For example, in the case of an 18-year-old attempting to buy a gun, senators are looking at whether additional information from their juvenile records, which are presently left out, could be included as part of a background check.

3. Mental health resources: There’s also talk about increasing funding for mental health programs, which could include measures that help states bolster their efforts. One bipartisan bill previously introduced by Sens. Roy Blunt (R-MO) and Debbie Stabenow (D-MI) could be a model — it would fund behavioral health clinics that help provide mental health and addiction services.

4. School safety: And finally, there are discussions about policies to improve school safety and security, though lawmakers declined to share additional details about what this could include. Previously, Sen. Ted Cruz (R-TX) has introduced legislation that would allow schools to use grant money for campus design and stronger security measures.

Why it still matters even though it’s incremental

Anything the Senate passes is likely to be far less ambitious than what Democrats had hoped for and what experts say is needed to more significantly curb gun violence.

Earlier this week, the House passed a sweeping package of proposals including a ban on high-capacity magazines, a bill to raise the age limit for buying semiautomatic weapons from 18 to 21, and legislation that would require safer storage of guns in homes with minors. Policies like these could reduce gun violence by making it tougher to fire many rounds of ammunition at one time, and making it harder for younger people to obtain guns.

The House bills are widely expected to get blocked in the Senate, where any deal is poised to be quite limited.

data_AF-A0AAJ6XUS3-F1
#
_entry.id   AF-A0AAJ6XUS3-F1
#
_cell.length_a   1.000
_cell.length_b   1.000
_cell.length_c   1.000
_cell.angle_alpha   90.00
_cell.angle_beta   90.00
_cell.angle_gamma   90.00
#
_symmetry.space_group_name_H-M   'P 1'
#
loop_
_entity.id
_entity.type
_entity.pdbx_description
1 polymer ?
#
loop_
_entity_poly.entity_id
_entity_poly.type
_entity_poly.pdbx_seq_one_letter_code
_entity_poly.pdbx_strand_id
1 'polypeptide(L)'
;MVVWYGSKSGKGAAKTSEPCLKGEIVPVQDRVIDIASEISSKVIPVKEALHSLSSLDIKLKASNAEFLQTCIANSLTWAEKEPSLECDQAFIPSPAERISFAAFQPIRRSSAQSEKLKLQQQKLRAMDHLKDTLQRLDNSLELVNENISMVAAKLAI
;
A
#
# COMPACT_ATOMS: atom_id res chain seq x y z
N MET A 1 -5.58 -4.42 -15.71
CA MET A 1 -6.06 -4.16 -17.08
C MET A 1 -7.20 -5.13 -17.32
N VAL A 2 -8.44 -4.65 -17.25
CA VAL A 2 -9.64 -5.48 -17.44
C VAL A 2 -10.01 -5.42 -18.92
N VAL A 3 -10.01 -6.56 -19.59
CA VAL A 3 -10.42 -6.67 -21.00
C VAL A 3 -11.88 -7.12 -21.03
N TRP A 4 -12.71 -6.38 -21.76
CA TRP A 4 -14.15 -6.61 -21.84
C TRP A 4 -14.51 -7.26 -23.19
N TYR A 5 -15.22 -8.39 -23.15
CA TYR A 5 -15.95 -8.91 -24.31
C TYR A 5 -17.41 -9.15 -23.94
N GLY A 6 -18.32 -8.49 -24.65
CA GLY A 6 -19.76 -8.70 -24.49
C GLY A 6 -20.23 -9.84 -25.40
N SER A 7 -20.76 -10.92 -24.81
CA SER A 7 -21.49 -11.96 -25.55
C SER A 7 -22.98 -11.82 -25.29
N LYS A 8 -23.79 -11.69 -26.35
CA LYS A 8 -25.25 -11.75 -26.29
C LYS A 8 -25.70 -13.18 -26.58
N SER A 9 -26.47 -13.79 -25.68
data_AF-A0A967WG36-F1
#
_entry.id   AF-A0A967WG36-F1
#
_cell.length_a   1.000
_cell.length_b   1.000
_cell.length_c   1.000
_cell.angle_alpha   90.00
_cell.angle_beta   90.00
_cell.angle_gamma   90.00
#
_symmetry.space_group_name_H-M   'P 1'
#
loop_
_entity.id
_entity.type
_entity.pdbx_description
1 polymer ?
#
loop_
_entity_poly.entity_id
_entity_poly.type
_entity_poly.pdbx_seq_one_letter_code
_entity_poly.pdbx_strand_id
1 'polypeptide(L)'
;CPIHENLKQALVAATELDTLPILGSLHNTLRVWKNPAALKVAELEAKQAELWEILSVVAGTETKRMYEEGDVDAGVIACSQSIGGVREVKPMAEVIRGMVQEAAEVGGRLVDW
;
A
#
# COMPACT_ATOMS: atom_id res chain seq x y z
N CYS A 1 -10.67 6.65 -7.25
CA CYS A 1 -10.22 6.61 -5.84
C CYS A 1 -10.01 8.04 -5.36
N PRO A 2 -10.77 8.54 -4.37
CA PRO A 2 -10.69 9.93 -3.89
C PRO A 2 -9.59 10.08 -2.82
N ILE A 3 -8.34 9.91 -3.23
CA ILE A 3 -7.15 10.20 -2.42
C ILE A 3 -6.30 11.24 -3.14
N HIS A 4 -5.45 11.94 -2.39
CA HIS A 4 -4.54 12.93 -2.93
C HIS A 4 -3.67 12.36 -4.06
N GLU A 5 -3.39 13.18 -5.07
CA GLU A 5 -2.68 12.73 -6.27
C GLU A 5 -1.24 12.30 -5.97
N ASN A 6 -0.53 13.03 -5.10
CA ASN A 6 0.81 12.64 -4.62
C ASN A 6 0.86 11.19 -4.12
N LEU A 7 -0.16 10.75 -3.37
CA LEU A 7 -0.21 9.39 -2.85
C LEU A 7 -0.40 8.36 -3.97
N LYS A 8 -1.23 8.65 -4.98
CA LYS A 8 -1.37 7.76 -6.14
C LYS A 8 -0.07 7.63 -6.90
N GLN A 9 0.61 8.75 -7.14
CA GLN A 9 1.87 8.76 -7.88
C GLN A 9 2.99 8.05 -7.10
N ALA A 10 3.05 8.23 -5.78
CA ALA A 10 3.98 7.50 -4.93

Still, negotiators say it’s important to get something done in order to begin addressing public demands for more gun control, and show that it’s possible for Congress to make inroads on the issue. “We can help to build the muscle that we will use again by starting now,” Blumenthal told Vox.

Murphy has said, too, that this could be an opportunity to demonstrate to Republican lawmakers that any backlash they may face for supporting gun control would actually be far less than what many fear. Because of how vocal a minority of Republican voters have been on the issue, many GOP lawmakers have been reluctant to take any action on gun control due to concerns about the electoral blowback and potential primary challenges they could face.

As of now, there still isn’t a concrete agreement, but lawmakers were broadly hopeful going into the weekend on Thursday. Whatever emerges from these talks, they hope, will be a step forward in the wake of devastating recent tragedies.


“Everybody wants to get this done this work period,” Murphy told reporters, noting that senators aimed to finalize a deal before leaving for their next recess.


Exclusive: Recession Talk Surges in Washington –




Compelling Television

#Recession #Talk #Surges #Washington

“From Wall Street to Washington, whispers about a coming economic slump have risen to nearly a roar as the Federal Reserve ramps up its battle against the highest inflation in four decades,” Politico reports.

“Price spikes and the Fed’s aggressive interest rate hikes sent the benchmark S&P 500 stock index tumbling to its worst performance in the first half of the year since 1970. Consumer confidence has sunk to record lows. And economists are increasingly worried that a downturn will not only happen but happen soon — a danger underscored by one widely watched Fed growth tracker.”

“Fed Chair Jerome Powell has begun saying the quiet part out loud: The central bank is willing to tolerate a recession if it means getting inflation under control.”